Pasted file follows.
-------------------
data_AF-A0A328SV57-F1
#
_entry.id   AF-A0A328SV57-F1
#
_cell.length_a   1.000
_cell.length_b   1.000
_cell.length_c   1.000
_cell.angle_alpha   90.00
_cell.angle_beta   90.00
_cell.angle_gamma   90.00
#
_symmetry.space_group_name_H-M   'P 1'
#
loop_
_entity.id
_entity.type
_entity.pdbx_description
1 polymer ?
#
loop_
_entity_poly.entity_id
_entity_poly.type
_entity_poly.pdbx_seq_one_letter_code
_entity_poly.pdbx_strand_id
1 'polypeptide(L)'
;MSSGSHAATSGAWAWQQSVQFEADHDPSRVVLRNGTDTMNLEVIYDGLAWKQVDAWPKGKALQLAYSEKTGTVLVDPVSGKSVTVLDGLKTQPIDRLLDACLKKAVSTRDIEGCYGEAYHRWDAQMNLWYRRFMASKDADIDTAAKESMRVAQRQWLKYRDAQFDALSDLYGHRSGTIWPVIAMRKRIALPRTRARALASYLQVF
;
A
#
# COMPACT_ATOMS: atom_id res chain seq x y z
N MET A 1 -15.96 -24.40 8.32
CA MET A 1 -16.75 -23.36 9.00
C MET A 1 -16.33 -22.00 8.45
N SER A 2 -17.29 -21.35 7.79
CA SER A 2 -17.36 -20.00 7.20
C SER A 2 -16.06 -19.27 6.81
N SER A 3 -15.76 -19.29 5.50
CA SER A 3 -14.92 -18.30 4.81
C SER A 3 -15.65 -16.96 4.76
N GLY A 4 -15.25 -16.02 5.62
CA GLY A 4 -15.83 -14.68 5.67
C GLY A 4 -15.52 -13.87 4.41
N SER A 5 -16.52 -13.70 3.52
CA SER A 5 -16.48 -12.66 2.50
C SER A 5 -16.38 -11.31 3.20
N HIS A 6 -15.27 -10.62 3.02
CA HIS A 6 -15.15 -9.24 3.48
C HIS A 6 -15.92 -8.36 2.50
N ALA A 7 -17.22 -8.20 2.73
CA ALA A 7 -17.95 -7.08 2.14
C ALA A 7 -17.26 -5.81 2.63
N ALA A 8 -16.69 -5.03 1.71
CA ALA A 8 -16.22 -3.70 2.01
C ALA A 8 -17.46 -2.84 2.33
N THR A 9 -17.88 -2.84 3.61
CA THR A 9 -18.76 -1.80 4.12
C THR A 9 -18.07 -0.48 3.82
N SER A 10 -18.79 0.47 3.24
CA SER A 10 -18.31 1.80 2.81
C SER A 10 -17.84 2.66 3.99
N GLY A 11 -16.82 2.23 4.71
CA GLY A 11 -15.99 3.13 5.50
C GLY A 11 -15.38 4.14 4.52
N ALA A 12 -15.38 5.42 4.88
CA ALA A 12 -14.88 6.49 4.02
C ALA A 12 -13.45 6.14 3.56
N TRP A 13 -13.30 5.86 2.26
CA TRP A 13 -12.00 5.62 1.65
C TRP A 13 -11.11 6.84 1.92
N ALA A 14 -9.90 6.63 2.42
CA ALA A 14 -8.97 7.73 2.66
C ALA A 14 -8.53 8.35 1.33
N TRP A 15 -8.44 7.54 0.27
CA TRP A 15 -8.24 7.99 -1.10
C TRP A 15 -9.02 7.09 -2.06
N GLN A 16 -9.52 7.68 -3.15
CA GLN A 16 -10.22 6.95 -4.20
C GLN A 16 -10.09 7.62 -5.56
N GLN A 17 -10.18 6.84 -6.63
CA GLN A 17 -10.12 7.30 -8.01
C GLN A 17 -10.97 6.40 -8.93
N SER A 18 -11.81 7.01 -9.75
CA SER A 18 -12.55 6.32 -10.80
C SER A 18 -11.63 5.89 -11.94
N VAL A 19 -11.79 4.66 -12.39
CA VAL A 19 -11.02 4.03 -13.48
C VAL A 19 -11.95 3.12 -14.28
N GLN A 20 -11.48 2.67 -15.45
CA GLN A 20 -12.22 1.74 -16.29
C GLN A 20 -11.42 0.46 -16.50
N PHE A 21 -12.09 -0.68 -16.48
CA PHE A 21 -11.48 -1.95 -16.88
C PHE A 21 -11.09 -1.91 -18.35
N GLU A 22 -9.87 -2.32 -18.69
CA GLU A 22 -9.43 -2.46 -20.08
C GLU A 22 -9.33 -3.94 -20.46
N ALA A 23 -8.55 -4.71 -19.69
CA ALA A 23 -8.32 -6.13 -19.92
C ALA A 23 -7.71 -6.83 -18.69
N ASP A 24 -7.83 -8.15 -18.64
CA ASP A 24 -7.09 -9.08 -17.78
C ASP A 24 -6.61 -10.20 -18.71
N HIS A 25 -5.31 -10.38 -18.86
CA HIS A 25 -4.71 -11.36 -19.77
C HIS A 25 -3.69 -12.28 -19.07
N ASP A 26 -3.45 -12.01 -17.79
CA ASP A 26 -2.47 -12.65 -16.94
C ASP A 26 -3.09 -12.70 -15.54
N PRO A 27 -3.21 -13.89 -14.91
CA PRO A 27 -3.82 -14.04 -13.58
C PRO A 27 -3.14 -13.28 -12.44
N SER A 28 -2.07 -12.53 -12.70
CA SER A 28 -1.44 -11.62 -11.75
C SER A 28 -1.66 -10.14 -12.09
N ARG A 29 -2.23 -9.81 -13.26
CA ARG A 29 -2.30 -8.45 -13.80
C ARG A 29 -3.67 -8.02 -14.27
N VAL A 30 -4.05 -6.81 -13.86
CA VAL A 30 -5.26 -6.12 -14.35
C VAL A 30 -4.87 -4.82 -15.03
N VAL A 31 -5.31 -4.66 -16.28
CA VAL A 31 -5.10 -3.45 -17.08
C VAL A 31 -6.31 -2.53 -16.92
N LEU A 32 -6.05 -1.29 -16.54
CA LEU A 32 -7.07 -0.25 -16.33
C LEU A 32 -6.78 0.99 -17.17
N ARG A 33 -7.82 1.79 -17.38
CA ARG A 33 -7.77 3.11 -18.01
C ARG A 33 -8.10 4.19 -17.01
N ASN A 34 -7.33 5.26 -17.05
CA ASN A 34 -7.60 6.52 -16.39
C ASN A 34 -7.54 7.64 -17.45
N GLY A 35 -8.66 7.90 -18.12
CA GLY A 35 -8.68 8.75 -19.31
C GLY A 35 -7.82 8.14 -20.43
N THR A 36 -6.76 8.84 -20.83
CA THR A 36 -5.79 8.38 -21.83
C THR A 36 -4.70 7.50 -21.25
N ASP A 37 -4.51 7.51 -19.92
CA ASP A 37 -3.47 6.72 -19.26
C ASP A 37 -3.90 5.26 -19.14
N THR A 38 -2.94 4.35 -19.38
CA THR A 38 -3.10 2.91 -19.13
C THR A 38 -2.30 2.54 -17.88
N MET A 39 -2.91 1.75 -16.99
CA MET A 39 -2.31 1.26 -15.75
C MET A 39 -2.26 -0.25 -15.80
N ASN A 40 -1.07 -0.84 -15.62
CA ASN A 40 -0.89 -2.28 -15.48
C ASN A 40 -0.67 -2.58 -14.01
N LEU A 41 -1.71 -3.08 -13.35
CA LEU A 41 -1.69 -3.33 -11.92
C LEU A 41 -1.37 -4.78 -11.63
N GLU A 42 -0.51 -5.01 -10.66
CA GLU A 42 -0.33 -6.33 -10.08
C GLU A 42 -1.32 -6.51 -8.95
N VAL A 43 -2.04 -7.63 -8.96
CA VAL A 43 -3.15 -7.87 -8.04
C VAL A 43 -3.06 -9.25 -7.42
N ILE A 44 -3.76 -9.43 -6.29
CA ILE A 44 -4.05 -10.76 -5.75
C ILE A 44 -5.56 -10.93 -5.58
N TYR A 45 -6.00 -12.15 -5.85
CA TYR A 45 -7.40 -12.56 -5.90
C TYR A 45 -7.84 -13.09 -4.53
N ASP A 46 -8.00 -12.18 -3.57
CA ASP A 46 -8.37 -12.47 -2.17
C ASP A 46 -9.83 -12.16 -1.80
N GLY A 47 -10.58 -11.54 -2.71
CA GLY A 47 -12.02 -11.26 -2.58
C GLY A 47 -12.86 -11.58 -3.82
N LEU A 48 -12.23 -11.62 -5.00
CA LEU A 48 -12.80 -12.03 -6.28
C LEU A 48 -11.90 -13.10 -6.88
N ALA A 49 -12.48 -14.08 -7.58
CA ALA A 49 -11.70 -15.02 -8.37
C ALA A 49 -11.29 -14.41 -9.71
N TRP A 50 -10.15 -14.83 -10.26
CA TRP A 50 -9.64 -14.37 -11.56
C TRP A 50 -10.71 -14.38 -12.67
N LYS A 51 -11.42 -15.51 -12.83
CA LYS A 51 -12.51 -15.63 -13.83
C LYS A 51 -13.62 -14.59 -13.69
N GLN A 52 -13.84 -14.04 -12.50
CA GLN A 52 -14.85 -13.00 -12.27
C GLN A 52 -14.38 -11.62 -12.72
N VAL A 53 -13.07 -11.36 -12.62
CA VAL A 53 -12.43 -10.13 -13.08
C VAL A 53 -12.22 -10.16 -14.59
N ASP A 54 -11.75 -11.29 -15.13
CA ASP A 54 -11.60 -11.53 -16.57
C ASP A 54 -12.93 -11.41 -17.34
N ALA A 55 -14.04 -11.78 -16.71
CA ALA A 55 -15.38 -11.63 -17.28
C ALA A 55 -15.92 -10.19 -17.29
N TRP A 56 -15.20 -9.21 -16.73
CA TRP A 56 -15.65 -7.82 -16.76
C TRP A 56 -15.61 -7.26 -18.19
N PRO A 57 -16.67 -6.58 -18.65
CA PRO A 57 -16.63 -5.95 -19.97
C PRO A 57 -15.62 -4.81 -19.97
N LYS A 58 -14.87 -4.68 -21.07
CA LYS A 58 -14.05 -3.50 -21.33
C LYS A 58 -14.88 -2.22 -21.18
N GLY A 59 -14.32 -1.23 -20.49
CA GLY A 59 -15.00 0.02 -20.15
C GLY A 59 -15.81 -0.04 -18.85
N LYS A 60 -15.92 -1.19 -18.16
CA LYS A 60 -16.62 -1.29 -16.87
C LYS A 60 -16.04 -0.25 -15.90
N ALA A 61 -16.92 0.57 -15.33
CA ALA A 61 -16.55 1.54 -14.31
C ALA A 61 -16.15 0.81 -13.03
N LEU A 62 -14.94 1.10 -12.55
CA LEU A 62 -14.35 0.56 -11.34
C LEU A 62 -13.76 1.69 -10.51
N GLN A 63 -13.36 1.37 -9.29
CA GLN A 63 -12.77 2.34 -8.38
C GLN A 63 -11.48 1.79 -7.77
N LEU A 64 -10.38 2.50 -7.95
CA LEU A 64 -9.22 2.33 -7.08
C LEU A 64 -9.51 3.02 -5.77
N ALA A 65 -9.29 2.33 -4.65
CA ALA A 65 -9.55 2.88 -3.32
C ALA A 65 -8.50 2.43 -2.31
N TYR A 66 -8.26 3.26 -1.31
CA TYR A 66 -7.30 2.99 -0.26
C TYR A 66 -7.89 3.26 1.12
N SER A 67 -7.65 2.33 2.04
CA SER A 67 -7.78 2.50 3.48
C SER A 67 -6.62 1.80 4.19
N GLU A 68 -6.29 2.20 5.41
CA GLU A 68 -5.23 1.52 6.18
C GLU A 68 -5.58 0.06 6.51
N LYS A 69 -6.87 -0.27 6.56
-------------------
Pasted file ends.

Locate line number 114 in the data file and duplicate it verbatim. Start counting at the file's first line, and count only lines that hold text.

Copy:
C SER A 28 -1.66 -10.14 -12.09